US Release Date: 01-21-1939
Directed by: Busby Berkeley
- John Garfield, as
- Johnnie Bradfield, aka Jack Dorney
- The Dead End Kids, as
- Tommy's Gang
- Claude Rains, as
- Det. Monty Phelan
- Ann Sheridan, as
- Goldie West
- May Robson, as
- Grandma Rafferty
- Gloria Dickson, as
- Billy Halop, as
- Bobby Jordan, as
- Leo Gorcey, as
- Huntz Hall, as
- Gabriel Dell, as
- Ronald Sinclair, as
- J. Douglas Williamson
- William B. Davidson, as
- Police Insp. Ennis
- Ward Bond as
Ann Sheridan and John Garfield in They made Me a Criminal.
They Made Me A Criminal is one of my favorite old black and white movies. It's dramatic, romantic, funny and heart warming. And it stars one of the coolest actors of the 1940's; John Garfield.
Garfield plays a champion boxer named Johnny (What else?). After a boxing match, he gives an interview to the media where he talks up his mother and acts like a boy scout. Later in his apartment we see him boozing and making out with his girlfriend, not at all the milk drinking innocent the public thinks of him.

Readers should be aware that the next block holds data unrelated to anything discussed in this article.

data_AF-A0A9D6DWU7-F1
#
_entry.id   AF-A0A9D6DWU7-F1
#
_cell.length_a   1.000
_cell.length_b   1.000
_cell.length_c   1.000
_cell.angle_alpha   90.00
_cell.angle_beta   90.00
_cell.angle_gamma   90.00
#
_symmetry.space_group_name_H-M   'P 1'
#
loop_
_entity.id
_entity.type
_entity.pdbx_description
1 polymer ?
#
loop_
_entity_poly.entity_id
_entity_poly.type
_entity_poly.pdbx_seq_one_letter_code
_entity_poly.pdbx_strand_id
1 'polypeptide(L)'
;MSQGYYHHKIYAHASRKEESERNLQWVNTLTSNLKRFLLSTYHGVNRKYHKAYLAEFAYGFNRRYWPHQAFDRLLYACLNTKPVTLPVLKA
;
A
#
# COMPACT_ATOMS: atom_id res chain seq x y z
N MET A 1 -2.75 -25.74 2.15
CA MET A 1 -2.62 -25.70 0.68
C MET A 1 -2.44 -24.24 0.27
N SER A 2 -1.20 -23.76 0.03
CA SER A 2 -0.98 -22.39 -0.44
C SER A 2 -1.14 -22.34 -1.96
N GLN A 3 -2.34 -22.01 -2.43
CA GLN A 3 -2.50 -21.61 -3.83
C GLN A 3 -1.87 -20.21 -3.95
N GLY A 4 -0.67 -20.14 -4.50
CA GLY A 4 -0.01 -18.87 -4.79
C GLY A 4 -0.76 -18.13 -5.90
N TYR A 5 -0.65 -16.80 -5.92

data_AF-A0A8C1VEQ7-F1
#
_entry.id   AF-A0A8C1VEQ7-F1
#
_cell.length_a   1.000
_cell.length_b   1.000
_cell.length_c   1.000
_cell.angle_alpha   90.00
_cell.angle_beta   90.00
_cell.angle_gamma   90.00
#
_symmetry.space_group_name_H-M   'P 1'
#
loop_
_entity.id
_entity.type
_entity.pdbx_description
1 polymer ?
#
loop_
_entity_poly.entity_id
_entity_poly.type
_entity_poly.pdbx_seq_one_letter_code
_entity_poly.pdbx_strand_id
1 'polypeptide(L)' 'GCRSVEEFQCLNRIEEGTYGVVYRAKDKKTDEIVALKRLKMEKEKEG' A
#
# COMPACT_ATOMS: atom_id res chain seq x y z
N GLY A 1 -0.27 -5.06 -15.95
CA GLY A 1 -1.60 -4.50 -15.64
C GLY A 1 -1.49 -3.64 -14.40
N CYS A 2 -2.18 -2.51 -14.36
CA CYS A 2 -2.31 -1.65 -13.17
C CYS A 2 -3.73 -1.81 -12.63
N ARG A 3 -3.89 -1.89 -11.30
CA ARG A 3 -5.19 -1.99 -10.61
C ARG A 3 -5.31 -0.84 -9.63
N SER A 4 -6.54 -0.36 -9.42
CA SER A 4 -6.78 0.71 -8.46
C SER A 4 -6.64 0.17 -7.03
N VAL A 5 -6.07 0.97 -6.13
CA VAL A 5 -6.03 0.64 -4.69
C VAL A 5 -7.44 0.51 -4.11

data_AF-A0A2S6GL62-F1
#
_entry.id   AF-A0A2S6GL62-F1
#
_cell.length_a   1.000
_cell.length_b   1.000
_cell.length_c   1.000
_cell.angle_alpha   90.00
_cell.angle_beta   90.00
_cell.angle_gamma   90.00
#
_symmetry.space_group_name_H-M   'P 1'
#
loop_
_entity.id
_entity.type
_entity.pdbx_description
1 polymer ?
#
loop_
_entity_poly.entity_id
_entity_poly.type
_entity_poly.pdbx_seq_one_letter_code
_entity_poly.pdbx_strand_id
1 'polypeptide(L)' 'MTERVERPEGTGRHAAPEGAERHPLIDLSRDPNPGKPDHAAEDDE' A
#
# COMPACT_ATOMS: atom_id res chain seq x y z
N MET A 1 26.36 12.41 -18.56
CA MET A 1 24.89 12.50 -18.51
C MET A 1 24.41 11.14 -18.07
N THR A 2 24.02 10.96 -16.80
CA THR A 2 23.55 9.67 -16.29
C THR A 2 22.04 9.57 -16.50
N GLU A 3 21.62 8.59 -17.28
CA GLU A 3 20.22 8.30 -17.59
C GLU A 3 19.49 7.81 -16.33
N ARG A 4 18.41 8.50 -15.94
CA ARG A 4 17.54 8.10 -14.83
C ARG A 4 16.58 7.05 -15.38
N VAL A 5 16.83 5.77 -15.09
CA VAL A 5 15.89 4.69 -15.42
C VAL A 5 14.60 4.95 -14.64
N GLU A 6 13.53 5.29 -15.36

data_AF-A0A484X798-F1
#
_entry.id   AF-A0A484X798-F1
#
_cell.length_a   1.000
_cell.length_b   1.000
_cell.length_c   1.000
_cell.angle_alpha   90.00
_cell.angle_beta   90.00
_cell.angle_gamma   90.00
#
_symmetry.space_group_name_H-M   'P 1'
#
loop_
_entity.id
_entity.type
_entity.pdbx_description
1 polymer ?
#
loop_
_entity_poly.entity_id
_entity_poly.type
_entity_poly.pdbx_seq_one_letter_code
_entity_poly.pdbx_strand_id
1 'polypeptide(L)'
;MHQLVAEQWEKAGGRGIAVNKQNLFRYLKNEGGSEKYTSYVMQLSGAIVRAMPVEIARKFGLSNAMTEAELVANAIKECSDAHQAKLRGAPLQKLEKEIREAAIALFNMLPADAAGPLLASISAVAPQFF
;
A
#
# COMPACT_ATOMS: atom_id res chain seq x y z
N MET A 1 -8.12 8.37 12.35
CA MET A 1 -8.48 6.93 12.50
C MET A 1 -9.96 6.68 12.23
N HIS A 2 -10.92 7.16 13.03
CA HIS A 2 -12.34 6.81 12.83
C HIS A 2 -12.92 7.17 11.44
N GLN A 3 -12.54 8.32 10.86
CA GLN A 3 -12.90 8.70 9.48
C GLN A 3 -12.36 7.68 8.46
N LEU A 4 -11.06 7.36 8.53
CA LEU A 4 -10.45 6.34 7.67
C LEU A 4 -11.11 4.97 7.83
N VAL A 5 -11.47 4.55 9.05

That night a reporter shows up at his apartment and Johnny's real personality is about to be exposed. His manager kills the guy and Johnny, who was passed out at the time, takes the fall. His manager then takes Johnny's watch and drives off with his girl in Johnny's car. They crash the car and die in an inferno. Everyone thinks it is Johnny and so the murder investigation is ended.
Johnny's lawyer advises him to get out of town, as he is now considered legally dead, and if he did tell people he was still alive he would be arrested for the reporter's murder. Johnny hits the the road and ends up on a farm out west.
The farm is for wayward boys, played by the Dead End Kids. The place is in the middle of nowhere and is run by a grandmother figure and one of the boy's older sister, who Johnny immediately has eyes for.
After some initial bickering, Johnny starts to settle in and soon develops a relationship with the boys in the form of a male mentor. Then one day a barnstorming boxer comes to town, offering anyone money who can stay in the ring for so many rounds. The farm needs money and Johnny knows he can obviously win it. However boxing in such a public event will surely expose him.